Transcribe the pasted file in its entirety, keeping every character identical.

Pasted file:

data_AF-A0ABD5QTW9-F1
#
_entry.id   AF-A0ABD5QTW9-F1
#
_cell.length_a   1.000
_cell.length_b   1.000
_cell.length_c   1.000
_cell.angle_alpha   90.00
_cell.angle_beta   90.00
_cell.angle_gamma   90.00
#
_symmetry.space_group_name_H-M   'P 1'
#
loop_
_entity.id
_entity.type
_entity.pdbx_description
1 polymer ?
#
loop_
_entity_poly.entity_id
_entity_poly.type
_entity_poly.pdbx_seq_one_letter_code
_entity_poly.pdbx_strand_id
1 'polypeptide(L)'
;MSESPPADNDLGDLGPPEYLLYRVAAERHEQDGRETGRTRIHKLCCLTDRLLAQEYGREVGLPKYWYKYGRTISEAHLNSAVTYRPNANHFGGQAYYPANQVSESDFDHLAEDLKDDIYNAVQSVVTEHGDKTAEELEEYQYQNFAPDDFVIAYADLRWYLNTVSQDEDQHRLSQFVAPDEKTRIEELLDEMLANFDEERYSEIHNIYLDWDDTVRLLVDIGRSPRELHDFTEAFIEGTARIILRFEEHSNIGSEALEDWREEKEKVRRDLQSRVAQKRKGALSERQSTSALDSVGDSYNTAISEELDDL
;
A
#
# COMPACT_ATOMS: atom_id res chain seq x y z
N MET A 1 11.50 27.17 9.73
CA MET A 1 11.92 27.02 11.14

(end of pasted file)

data_AF-A0ABD5QTW9-F1
#
_entry.id   AF-A0ABD5QTW9-F1
#
_cell.length_a   1.000
_cell.length_b   1.000
_cell.length_c   1.000
_cell.angle_alpha   90.00
_cell.angle_beta   90.00
_cell.angle_gamma   90.00
#
_symmetry.space_group_name_H-M   'P 1'
#
loop_
_entity.id
_entity.type
_entity.pdbx_description
1 polymer ?
#
loop_
_entity_poly.entity_id
_entity_poly.type
_entity_poly.pdbx_seq_one_letter_code
_entity_poly.pdbx_strand_id
1 'polypeptide(L)'
;MSESPPADNDLGDLGPPEYLLYRVAAERHEQDGRETGRTRIHKLCCLTDRLLAQEYGREVGLPKYWYKYGRTISEAHLNSAVTYRPNANHFGGQAYYPANQVSESDFDHLAEDLKDDIYNAVQSVVTEHGDKTAEELEEYQYQNFAPDDFVIAYADLRWYLNTVSQDEDQHRLSQFVAPDEKTRIEELLDEMLANFDEERYSEIHNIYLDWDDTVRLLVDIGRSPRELHDFTEAFIEGTARIILRFEEHSNIGSEALEDWREEKEKVRRDLQSRVAQKRKGALSERQSTSALDSVGDSYNTAISEELDDL
;
A
#
# COMPACT_ATOMS: atom_id res chain seq x y z
N MET A 1 11.50 27.17 9.73
CA MET A 1 11.92 27.02 11.14